Lana Del Ray – Violet Bent Backwards over the Grass (Simon & Schuster, 2020)
“I want to say something about bad writing. I’m proud of my bad writing”
– Ariana Reines
There is bad writing in Violet Bent Backwards Over The Grass the debut poetry book by Lana Del Rey. I wonder if it’s quite the sort of bad writing Reines means though, whose quote continues: “I am proud of Baudelaire’s mamma’s boy goo goo misery”. Which I guess is Reines celebrating those so-called “bad” moments in Baudelaire which are too uncomfortably raw and exposed for some, parts of Reines’ own writing arguably being able to be filed in a similar category. Both Reines and Baudelaire, however, are indisputably good writers prone to occasional excesses which others can dismiss as “bad” if they so desire. But what about writers who are exclusively bad? Those writers who aren’t able to get away with occasional lapses of taste by turning to point to a massive body of work which is almost universally recognised as being “good”? Are there two types of “badness” then? Are there more? Which type of “badness” is it that’s between the cover of this LDR book?
Parts of this book seemed so bad that they made me laugh. Let me just get that statement out of the way at this stage, though let me go on to add that anything that I quote won’t be pulled from the text with the aim of laughing either at Lana Del Rey, or any of her fans, of which I am one. Here, Philip Tagg’s line on popular music seems apposite “making it [popular music] a laughing matter, although understandable (it can be hilarious at times), is basically reactionary”. No, with this review I’m just trying to think some stuff through and hopefully get some clarity on how I feel about this book.
Reines goes on (it’s a long quote…): “Excellence nowadays is too general and available to be worth prizing: I am interested in people who have to find strange and horrible ways just to get from point a to point b” which was the bit of the quote which came back to me after I finished LDRs book. Pacing around the flat muttering lines from the book to myself I remembered Reines’ line about being interested in the weird, slightly shameful stuff and I thought I’d just read a brilliant example of that kind of thing. But, again, had I? Is the LDR book quite what Reines means?
Whether it is or not, I can’t remember the last poetry book I felt so exercised, so disoriented by. I read something “good” and, sure, it leaves its imprint on me. I might mention the poem, or the lines, or the couplet to a few people. I might even read the poem over two or three times. So, “good” has an impact. But that impact compared to how this LDR book has hit me seems very feeble indeed. Right now, approximately four hours after finishing Violet Bent Backwards Over The Grass I honestly feel somehow rearranged by the book, despite or maybe because of its badness.
The book is a deluxe item. Hardback, poems, photos and a few paintings inside. The poems seem to be scans of typewritten pages, complete with coffee stains, smudged ink from what may well be fallen tears, there are also handwritten amendments to some of the lines. The photos are generally empty landscapes at dusk: traffic lights, an industrial building seen through a chain-link fence, a tower-crane, a port, a motorway bridge disappearing off into the distance – all photos are credited to LDR. The paintings, which I would call Hockney-lite, are not by LDR…Coffee-stain as design choice, then, the suggestion of tears, empty landscapes evocative of loneliness and a desire to be elsewhere, it’s all Lana working the well-worn and by now well established Lana aesthetic fantastically…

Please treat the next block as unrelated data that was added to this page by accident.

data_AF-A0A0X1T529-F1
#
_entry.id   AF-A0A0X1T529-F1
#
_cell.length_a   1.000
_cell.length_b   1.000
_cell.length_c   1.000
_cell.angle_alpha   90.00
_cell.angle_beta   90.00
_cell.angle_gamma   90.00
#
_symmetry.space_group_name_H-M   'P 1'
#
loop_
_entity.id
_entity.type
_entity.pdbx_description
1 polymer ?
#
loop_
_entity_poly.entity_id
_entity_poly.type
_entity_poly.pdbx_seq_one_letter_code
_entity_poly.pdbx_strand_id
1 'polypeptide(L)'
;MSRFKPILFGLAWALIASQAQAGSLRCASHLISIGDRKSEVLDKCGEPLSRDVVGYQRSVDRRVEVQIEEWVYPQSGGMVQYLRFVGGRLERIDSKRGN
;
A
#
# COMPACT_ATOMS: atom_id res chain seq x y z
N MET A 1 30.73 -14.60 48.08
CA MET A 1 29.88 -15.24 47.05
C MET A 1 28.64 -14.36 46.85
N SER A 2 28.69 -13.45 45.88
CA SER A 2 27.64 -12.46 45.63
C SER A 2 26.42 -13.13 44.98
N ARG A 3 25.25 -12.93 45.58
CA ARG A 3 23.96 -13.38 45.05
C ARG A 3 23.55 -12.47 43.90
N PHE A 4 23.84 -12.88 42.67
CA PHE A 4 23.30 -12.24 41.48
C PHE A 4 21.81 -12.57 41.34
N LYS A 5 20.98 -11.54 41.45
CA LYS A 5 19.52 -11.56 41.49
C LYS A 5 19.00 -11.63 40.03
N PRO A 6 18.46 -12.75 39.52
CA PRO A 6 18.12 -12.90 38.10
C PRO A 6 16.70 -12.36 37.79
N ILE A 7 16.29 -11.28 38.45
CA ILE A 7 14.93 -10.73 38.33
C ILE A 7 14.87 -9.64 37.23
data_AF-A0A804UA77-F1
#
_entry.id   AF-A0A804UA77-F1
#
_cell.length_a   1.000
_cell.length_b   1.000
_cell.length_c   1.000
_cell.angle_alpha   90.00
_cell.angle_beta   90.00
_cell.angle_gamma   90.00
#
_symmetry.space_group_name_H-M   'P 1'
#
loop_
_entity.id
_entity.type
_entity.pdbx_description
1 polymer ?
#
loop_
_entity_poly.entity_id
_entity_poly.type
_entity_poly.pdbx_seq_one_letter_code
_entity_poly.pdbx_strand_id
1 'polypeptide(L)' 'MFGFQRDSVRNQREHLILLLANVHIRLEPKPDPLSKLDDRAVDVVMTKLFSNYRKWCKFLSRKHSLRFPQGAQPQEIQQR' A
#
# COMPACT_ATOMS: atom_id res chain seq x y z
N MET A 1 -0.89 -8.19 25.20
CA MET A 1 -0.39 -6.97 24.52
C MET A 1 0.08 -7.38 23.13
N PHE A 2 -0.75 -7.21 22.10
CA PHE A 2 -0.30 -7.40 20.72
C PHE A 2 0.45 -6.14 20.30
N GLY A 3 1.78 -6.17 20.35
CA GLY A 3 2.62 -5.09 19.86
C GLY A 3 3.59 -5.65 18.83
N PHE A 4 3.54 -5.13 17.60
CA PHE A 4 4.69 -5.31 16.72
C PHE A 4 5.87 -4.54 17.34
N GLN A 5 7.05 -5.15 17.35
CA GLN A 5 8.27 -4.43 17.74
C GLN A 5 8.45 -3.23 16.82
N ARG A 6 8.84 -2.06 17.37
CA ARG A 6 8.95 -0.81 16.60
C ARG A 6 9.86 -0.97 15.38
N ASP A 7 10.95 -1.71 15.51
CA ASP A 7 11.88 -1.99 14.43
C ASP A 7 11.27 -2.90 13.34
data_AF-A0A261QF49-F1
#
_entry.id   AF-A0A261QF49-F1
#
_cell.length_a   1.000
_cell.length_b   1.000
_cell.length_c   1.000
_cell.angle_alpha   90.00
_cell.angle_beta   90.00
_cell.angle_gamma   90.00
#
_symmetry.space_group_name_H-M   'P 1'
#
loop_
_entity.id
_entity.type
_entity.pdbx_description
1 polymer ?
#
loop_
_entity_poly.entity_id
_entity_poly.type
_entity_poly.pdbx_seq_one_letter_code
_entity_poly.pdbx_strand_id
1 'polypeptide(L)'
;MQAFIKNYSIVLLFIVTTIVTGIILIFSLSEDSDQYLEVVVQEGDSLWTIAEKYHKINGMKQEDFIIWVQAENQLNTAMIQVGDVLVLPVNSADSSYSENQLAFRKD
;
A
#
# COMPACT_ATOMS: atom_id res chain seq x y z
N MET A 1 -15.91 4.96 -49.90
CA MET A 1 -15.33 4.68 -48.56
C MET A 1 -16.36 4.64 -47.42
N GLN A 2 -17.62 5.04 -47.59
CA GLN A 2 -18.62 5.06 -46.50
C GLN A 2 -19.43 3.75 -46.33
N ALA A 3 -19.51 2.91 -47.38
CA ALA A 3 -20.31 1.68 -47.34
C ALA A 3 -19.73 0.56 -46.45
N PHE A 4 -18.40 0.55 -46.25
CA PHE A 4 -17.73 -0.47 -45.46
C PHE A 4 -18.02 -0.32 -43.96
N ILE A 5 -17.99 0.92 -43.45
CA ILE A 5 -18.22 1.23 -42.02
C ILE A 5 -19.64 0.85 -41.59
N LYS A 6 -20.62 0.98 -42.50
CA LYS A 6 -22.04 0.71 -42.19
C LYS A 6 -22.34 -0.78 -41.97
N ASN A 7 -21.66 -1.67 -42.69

A few examples from the poems: “Stay on your path Sylvia Plath / Don’t fall away like all the others / Don’t take all your secrets alone to your water grave about / lovers and mother”. On the next page there’s a poem that rhymes ‘u’ with ‘Bellevue’ with ‘Xanadu’ with ‘ Malibu’ with ‘nothing much to do’, and, indeed, rhyming such as this is a constant throughout the book so perhaps if you’ve more of a tolerance than I do for that kind of thing the book might work better for you. (Not that I should be written off as an enemy of rhyme as certain rhymes act upon me like a shot to the heart…Ted Berrigan, for example, at the end of ‘Bean Spasms’, his line about “leaving the room/ to go to the moon” just kills me every time). I think the most extreme example of LDR’s rhyming, here, appears in ‘Quiet Waiter Blue Forever’: ‘You move like water sweet baby sweet waiter / making the night smile to no one you cater / silent woodworker from midnight til later / my lover my laughter my armour my maker” . . . Is it possible that anyone, anywhere can tolerate that?
The rest of the poems: in the middle there’s a two-part prose poem kind of thing called ‘SportCruiser’ where Del Rey talks about going for, first, a flying lesson and then a sailing lesson and the syntax in both parts is just so tortured . . . It also seems like Del Rey is suffering from a type of logorrhea, desperately in need of an editor. You think her sentence must surely have ended but then there’s another four words stuck on the next line. Towards the end of the book there’s a poem called ‘’Paradise is Very Fragile which interweaves a tale of her childhood treehouse burning down with a quasi state of the nation address. It’s hard to say what, exactly, the issue is that I have with this poem . . . I think it’s just the naivety of it. A realisation which makes me wonder what the problem is that I have with naivety . . .